For Turkey’s governing Justice and Development Party, which professed to seek close relations with its neighbors, this is a complete about face. Two factors appear to be at work here. The Sunni support base of the party is one. The prospect of joining the European Union, an idea that France and Germany in particular oppose, may be the other.

How far Turkey’s moderate Islamic government will go is difficult to predict. It has its own Kurdish insurgency to contend with, so the strategy is risky. Turkey’s growing involvement in Syria reminds one of the 1980s when, from a small beginning, Pakistan, in the midst of ethnic insurgencies, became a base for anti-Communist Afghan forces. The consequences were disastrous.

The conflict in Syria continues to simmer. The sanctions on Iran are steadily being tightened. The talk of military action is persistent and the risk of a weak U.S. president facing reelection being pushed into a war against Iran is haunting. Sectarian violence in Iraq is on the rise. The country faces a new political crisis after an arrest warrant was issued for the Sunni Vice-President Tariq al-Hashemi on terrorism charges, prompting the mainly Sunni party al-Iraqiya to boycott parliament. The Syrian conflict threatens further instability in Lebanon and the wider region. And between Libya in North Africa and Pakistan on the edge of South Asia lies an ominously explosive region, waiting for a trigger strong enough to stage a catastrophe.

[END]

The Killing of Osama bin Laden

History News Network (May 2, 2011)

Ten years after the dreadful events of September 11, 2001, Osama bin Laden is dead. His killing in a CIA operation in the Pakistani colonial city of Abbottabad, about thirty miles from the capital, Islamabad, brings a closure for relatives of many thousands of victims of al Qaeda violence around the world. It will be seen as ultimate justice for the man viewed as the chief perpetrator of international terrorism for two decades. The sentiment is understandable, even justified. However, there is a bigger truth. The 9/11 attacks on the World Trade Center and the Pentagon in the heart of America unleashed a global crisis. The subsequent ‘war on terror’ so polarized the world that there will be those who will mourn bin Laden’s death. It is an uncomfortable truth, but should not be overlooked. For although his physical presence may be behind us, the legend of Osama bin Laden still lives.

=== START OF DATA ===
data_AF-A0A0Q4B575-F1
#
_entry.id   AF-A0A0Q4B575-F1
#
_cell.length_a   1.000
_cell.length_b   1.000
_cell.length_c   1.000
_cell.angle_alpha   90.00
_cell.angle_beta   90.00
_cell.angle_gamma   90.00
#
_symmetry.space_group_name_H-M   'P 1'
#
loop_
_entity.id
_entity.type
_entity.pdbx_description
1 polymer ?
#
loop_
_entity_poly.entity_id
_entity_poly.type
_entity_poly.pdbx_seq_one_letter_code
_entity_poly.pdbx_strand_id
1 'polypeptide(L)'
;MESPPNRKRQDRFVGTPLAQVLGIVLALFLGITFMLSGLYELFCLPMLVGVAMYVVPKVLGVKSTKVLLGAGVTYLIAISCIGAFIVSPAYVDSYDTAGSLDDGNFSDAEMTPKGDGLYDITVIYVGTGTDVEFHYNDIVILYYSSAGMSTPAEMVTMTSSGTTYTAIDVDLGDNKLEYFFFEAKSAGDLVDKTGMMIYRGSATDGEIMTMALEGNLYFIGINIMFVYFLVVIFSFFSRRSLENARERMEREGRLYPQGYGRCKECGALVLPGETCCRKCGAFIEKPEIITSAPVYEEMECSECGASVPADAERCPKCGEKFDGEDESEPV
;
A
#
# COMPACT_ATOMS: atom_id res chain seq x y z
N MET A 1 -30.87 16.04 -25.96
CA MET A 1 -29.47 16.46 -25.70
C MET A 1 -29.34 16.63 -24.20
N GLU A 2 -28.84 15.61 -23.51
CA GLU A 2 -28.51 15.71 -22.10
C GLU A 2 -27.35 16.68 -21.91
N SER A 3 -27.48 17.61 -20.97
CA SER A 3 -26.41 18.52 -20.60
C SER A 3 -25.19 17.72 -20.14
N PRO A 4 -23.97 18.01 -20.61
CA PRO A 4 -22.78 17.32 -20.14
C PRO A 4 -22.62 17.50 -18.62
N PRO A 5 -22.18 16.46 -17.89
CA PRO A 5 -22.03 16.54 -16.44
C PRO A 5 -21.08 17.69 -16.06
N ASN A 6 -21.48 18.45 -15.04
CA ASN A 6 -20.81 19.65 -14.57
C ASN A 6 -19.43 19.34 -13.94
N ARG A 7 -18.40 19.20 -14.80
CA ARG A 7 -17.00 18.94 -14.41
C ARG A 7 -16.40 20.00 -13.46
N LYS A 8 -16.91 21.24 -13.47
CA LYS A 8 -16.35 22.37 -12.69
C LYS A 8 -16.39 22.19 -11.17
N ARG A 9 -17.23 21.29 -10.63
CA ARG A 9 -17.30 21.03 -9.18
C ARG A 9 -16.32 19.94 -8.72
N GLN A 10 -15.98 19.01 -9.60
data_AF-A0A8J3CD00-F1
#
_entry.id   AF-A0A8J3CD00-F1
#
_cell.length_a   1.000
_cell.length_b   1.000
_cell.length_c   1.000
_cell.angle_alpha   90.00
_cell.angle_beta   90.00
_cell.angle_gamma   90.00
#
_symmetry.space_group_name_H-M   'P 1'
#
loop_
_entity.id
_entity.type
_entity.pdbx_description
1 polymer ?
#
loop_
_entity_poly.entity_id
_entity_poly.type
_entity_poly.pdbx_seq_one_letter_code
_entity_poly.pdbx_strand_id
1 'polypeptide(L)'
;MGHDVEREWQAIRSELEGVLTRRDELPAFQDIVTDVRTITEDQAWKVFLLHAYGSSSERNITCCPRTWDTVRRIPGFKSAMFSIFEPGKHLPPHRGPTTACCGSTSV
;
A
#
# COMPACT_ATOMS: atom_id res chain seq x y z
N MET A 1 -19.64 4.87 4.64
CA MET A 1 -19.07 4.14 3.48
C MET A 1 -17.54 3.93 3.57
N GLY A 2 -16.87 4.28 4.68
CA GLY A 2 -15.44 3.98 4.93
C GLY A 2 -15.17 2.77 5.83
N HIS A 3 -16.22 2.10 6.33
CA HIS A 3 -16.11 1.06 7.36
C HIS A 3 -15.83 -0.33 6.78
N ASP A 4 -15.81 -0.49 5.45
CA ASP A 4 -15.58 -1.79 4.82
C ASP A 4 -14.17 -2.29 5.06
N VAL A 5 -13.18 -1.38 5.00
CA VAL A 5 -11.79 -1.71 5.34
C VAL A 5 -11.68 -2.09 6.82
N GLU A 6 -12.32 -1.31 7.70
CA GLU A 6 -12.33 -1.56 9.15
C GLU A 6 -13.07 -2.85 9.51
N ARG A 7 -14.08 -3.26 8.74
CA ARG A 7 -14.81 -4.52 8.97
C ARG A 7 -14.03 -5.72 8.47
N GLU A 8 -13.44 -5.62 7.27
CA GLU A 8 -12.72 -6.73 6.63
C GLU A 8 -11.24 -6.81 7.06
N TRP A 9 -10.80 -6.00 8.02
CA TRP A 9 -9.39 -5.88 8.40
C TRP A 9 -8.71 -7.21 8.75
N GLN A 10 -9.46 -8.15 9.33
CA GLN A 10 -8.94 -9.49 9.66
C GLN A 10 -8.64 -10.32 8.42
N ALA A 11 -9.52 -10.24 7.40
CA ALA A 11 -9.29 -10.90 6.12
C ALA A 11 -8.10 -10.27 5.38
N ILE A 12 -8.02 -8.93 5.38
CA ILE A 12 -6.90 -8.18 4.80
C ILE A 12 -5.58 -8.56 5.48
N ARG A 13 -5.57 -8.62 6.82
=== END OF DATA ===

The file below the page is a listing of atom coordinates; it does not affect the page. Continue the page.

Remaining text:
The biblical expression – Those who live by the sword will die by the sword – comes to mind. On the other side of the coin is the phrase – The enemy of my enemy is my friend. The simplicity and perils of this mindset are revealed by the manner of Osama bin Laden’s death now and his creation at the outbreak of the CIA proxy war against the Soviet occupying forces in Afghanistan three decades ago. There is no dearth of experts associated with think tanks inside the Washington Beltway who claim with confidence that the United States had no contact with bin Laden, and did not help him. These claims are often based on the logic that bin Laden was already so hostile to the West that any warm relationship with the United States was out of the question. But Mujahideen warlords like Hikmatyar, Rabbani and Haqqani were hostile to Western ideology as well. Their opposition was strengthened during the time they spent in the Arab world. Yet they and the West became allies in the war against the Soviet Union in Afghanistan.

Comments made by Britain’s ex-foreign secretary Robin Cook in an article in the Guardian newspaper are worth noting at this point (The struggle against terrorism cannot be won by military means, July 8, 2005). In one passage, Cook, who had earlier resigned from Tony Blair’s cabinet because of his opposition to the invasion of Iraq in 2003, said:

Bin Laden was … a product of a monumental miscalculation by western security agencies. Throughout the 80s he was armed by the CIA and funded by the Saudis to wage jihad against the Russian occupation of Afghanistan. Al-Qaida, literally “the database”, was originally the computer file of the thousands of mujahideen who were recruited and trained with help from the CIA to defeat the Russians. Inexplicably, and with disastrous consequences, it never appears to have occurred to Washington that once Russia was out of the way, Bin Laden’s organisation would turn its attention to the west.   

Robin Cook was a politician of immense credibility. An ex-foreign secretary and leader of the House of Commons (another cabinet post) with access to classified information, his revelation after resigning would reasonably have to take precedence over other expert opinion. Cook did not live long after writing his article in the Guardian. He died unexpectedly of a heart attack barely a month later in August 2005. Had he lived, we may well have learned more from him. The purpose of my reference to the past is to make a point about the present. Hiring armed men driven by ideological zeal, and willing to fight your enemy for dollars, is a highway that goes through minefields, whether it is Afghanistan, Iraq, Libya or anywhere else.